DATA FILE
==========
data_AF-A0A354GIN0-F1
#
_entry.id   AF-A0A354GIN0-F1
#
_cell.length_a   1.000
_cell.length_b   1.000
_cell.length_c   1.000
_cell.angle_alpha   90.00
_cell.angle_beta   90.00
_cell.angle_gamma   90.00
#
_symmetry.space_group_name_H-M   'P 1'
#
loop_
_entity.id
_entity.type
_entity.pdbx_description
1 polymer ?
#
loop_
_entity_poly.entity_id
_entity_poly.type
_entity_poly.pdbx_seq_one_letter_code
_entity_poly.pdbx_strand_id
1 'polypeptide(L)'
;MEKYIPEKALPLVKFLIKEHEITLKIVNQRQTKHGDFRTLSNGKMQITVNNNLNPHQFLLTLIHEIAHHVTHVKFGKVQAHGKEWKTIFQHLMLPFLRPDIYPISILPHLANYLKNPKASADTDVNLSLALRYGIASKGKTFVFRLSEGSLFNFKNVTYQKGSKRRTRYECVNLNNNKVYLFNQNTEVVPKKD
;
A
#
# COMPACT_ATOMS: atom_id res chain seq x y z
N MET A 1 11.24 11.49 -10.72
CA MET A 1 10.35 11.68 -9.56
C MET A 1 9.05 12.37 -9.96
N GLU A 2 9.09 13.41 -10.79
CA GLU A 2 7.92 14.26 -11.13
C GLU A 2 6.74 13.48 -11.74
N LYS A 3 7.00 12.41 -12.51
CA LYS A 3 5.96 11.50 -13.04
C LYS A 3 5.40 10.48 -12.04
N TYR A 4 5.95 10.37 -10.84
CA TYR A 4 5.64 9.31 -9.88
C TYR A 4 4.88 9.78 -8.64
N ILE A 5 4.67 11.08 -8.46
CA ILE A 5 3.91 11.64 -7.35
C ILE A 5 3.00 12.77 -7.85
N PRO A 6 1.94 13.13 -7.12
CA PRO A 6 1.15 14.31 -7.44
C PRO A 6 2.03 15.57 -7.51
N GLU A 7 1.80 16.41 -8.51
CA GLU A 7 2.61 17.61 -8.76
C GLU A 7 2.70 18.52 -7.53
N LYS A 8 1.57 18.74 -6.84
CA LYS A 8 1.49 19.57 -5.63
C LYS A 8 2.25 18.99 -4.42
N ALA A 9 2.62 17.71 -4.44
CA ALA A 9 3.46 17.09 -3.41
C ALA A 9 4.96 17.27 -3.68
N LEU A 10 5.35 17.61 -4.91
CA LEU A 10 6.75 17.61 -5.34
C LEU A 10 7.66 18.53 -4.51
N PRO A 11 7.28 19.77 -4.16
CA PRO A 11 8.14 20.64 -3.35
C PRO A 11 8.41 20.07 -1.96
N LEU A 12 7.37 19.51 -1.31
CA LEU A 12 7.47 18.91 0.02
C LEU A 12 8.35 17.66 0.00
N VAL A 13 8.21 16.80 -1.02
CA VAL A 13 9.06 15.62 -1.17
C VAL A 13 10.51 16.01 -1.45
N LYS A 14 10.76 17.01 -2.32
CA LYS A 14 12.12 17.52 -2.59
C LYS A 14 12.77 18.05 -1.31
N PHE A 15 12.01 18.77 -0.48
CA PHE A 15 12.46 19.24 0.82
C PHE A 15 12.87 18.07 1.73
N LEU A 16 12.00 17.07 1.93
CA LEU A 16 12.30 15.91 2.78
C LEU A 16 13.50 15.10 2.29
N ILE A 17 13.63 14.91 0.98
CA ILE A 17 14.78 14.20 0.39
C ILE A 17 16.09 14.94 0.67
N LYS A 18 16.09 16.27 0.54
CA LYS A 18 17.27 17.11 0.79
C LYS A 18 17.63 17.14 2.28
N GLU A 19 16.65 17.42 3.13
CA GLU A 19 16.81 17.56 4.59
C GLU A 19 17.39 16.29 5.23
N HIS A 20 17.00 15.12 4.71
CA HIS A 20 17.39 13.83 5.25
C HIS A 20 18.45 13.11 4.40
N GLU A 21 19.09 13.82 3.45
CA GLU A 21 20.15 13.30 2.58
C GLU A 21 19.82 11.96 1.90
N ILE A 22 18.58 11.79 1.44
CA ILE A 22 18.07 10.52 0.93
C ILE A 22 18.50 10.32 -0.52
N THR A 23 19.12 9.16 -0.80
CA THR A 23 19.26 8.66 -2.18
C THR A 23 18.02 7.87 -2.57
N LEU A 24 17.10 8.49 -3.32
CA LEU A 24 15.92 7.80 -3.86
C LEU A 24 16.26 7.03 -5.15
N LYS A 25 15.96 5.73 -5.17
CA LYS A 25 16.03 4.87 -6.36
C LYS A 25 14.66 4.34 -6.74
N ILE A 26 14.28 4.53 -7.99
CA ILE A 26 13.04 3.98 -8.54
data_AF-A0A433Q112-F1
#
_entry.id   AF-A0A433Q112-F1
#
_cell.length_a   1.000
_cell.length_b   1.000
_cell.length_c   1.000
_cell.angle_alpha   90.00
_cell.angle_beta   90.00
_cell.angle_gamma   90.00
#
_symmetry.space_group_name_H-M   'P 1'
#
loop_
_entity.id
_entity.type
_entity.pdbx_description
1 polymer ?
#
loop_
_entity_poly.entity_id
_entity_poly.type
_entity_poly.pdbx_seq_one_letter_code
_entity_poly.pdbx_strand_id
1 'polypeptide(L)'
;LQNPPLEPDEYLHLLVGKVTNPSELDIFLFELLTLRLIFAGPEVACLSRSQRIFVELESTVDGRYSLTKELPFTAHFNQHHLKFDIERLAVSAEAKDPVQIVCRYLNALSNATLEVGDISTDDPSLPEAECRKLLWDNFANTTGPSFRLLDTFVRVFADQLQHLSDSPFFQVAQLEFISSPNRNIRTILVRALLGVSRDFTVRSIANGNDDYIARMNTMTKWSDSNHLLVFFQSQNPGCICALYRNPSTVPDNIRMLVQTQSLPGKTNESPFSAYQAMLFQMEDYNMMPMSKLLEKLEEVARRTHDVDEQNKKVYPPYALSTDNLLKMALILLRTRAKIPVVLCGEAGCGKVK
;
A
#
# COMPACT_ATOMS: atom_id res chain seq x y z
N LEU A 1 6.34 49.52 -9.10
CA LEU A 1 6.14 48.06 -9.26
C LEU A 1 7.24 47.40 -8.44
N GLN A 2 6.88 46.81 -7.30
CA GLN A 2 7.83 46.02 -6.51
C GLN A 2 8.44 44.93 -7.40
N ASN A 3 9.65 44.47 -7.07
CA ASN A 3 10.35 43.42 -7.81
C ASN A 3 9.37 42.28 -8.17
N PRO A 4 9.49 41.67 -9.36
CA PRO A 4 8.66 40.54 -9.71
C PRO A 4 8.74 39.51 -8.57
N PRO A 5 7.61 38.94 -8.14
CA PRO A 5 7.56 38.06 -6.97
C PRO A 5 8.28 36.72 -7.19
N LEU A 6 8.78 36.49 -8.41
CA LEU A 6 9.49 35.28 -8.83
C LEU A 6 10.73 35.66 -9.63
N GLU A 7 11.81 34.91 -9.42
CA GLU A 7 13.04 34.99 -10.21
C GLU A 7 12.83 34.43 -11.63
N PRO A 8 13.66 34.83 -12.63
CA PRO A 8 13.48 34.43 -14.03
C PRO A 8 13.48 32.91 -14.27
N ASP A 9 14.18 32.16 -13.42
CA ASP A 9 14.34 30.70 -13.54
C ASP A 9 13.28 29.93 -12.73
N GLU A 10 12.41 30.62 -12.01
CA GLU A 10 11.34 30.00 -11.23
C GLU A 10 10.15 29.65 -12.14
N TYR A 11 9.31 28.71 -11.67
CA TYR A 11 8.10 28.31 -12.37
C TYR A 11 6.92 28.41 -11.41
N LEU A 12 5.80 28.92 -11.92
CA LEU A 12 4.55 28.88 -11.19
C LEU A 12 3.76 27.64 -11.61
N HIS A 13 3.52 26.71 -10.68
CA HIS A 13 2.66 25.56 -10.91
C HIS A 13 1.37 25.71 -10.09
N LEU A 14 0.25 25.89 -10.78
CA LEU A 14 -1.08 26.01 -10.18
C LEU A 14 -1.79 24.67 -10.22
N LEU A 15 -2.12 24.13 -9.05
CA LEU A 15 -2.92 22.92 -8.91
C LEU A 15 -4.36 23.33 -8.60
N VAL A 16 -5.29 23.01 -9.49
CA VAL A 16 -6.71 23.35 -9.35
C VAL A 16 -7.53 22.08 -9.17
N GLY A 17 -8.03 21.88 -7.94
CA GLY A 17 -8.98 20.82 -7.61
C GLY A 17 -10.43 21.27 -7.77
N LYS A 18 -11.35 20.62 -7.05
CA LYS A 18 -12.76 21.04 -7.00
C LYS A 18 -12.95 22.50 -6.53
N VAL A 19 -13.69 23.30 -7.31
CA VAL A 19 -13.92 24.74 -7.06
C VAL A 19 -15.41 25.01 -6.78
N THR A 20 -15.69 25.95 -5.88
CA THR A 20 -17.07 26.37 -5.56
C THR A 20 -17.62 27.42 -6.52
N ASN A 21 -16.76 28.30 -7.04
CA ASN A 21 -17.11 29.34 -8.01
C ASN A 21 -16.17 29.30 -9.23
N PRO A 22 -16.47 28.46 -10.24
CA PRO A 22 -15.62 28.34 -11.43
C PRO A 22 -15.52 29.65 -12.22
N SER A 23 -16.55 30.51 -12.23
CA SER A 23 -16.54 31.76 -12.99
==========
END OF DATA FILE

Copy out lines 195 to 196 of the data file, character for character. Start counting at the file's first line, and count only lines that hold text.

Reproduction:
N THR A 20 -15.69 25.95 -5.88
CA THR A 20 -17.07 26.37 -5.56